A brief history

Jodi and Harold Bauman founded Oaxaca Streetchildren Grassroots in 1996. The couple first came to Oaxaca on vacation in 1984 and were deeply troubled by the  children they saw on the streets at all hours of the day and night. Initially they began to help one Triqui Indigenous family enroll their children in school. By 1996 Jodi, Harold, and friends were supporting approximately seventy children in attending school. They soon realized they could help further by chartering Oaxaca Street Children Grassroots. 

Since the origins of the program we have grown and evolved. In the early days, all children in the program were Triqui and our services were provided from a rented office on Calle Jesus Carranza. As the program grew changes occurred. To facilitate our work in Mexico we chartered  Centro de Esperanza Infantil that does the work on-site in Mexico with Oaxaca Streetchildren Grassroots being its funding organization. We also looked for a permanent home in Oaxaca. Through the generosity of our donors from around the world we were able to purchase a colonial building in need of repair at 308 Crespo. After two years of work we moved into the wonderful building that you see today.

In addition to our own building, our mission has evolved as well. Originally none of our children served had ever been to school and our goal was that they complete sixth grade. As things have changed in Oaxaca, we now serve the poorest children who need support to remain in and complete school. Further, we now take students all the way through university, something we never dreamed of when we started our program. Spring 2020 will see our one hundredth university graduate.

Much has changed since our origins. Now, over 25 years later, hundreds of Oaxaca's poorest children have had the opportunity they never dreamed of, with the help of Oaxaca Streetchildren Grassroots, the chance for the education they desire and a bright future.  


An early history of Oaxaca StreetChildren Grassroots

When Jodi Bauman first saw Rubén de Jesús, he was sitting in an outdoor cafe in the Zócalo in Oaxaca City, Mexico. In this city’s tree shaded central park, the shabbily dressed child, about 8 years old, was going from table to table selling handwoven indigenous friendship bracelets to tourists. His pleading face, peppered with impetigo sores, captured Jodi’s heart and her curiosity. Where did he live? Where was his mother? Why was this tiny boy selling on the street? Was he a Triqui?

Later that evening Jodi followed the child through the back streets of Oaxaca and watched him join a woman and three small boys. The family home was a shallow gravelly ditch hidden by weeds. She knew she couldn’t help all the street children in Oaxaca, but that night she decided she would do what she could for one child.

The year was 1985. Jodi and her husband Harold were in Oaxaca because she had a read a fascinating magazine story about the Triqui Indians, and because she wanted to visit this colonial city in southern Mexico. The article said there was little known about the Triquis, an indigenous tribe that inhabits the northwest part of the state of Oaxaca. The people, geographically and culturally isolated, work small plots of land in pueblos scattered among rugged mountains and canyons.

The next day Jodi discovered helping the child wasn’t an easy task. “I was trained in medication administration”, Jodi recalls, “so I went to a pharmacy and bought an ointment recommended by the pharmacy for Rubén’s impetigo. However, the mother wouldn’t talk to me or let me anywhere near the child and she wouldn’t take the medication. I didn’t realize why she wouldn’t talk to me. Back then, I didn’t know these women couldn’t speak Spanish.”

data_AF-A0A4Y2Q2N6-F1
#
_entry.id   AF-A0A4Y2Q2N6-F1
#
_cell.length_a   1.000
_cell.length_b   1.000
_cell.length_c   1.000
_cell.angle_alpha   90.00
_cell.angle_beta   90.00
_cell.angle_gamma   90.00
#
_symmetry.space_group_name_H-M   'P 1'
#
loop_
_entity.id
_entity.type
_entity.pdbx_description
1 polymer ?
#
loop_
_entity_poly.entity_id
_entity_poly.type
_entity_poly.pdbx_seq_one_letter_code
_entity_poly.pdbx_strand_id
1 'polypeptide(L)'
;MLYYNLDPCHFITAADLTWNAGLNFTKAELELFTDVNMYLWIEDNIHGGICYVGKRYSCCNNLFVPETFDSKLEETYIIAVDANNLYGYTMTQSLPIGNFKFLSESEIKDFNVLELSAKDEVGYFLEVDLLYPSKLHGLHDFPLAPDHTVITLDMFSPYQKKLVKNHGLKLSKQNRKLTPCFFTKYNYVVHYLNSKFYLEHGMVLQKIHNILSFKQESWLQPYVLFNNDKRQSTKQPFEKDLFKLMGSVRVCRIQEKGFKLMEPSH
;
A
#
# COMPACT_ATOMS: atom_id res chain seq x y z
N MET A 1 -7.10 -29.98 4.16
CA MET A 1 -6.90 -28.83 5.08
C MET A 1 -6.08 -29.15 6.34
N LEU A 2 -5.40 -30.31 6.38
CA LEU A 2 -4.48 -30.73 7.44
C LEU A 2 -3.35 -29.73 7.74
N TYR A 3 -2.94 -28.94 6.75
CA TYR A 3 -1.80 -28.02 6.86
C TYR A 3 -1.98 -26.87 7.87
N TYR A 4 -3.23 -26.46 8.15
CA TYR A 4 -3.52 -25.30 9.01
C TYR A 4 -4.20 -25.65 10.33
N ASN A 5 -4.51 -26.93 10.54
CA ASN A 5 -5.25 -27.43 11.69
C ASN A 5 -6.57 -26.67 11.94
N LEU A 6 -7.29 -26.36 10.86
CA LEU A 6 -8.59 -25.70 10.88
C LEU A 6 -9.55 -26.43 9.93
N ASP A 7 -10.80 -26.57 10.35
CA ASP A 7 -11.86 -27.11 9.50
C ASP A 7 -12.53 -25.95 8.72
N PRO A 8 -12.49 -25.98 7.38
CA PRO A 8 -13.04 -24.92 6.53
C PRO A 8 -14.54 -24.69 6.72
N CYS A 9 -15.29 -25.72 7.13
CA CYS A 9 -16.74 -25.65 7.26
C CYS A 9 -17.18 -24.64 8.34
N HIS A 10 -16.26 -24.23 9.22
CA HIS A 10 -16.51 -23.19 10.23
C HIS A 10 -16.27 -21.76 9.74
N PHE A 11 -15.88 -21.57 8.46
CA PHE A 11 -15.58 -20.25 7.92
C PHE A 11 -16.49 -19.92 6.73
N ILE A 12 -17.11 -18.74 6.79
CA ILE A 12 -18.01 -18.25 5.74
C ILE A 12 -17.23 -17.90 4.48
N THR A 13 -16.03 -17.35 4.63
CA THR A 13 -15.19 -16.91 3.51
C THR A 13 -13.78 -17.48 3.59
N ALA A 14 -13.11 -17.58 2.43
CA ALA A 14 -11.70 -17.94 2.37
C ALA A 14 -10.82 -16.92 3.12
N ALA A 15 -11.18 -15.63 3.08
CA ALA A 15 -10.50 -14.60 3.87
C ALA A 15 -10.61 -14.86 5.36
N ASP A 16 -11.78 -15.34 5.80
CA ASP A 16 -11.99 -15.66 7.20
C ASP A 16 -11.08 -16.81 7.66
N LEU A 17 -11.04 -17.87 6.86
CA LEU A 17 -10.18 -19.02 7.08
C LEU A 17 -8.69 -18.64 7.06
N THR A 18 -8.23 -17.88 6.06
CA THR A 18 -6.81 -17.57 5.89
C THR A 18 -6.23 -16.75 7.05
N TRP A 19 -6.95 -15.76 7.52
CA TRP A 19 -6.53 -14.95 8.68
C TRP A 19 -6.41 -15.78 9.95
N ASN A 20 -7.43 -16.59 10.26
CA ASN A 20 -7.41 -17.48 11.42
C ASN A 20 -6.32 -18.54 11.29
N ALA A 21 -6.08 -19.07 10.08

At the time Harold and Jodi were providers and vendors for the Department of Mental Health in Missouri. They were also administrators of the second largest providers of services for the state’s developmentally challenged. They trained managers for 16 facilities throughout the state.

Feeling frustrated because they couldn’t help Rubén, the couple purchased $275.00 worth of beautifully handcrafted knives made by Angel Aguilar. The man wanted to help the Triqui children and split the profits with the children. He later was assassinated in 1997 while trying to help the poor people of his rural town. The sale of his products helped the children for years, as he pounded away in his blacksmith shop. The Baumans sold them in the states and returned every six weeks for the next order.

This time, determined to bridge the cultural gap, Jodi sat under one of the large laurel trees in the Zócalo blowing bubbles. This friendly, light haired woman blowing bubbles in the air was too much of  a curiosity for the Triqui’s to ignore. This time Rubén’s mother accepted the medicine, but it took three more years for the Bauman’s to become accepted in the Triqui community.

During those three years, Jodi and Harold visited Oaxaca every six weeks. On each trip they purchased more handcrafted items, which they sold at weekend trade shows in the states. People they knew in Branson, Missouri, helped promote the sale of the Triqui handicrafts. The Baumans reinvested the profits from their original investment in handicrafts, until they had as much as $4,000.00 to spend each trip . This was one way to help, Jodi explained. “At least it was a way for me to get some money into their hands.”

On their trips to Mexico, the Baumans also helped some of the children enroll in school. “But first, we needed to remove some of the physical barriers that kept these children from school,” Jodi explained. “And that included medical barriers such as  impetigo, diarrhea, impacted teeth, and in some cases, we had to get them a birth certificate.  In the beginning, the school officials didn’t want to accept the children. They’d say, ‘They don’t have any shoes, they can’t speak Spanish, who’s going to be responsible for them?’ “ 

Harold and Jodi signed responsibility for some. They found other Triquis willing to help provide them shelter. Sometimes the Baumans rented tin shacks where several families crowded 12-15 together into a room. Within three years, they were helping 40 children through the sale of Triqui crafts and donations from friends. By 1994, the Bauman’s were helping 70 street children. Three years later,  Harold got cancer and the couple had to stop selling Triqui crafts at trade shows. They moved to Oaxaca. “One of our friends, Dr. William Freeman, knew what we were doing and just bluntly told me that we couldn’t let these children drop out of school.” Jodi explains. “That’s how Grassroots started.”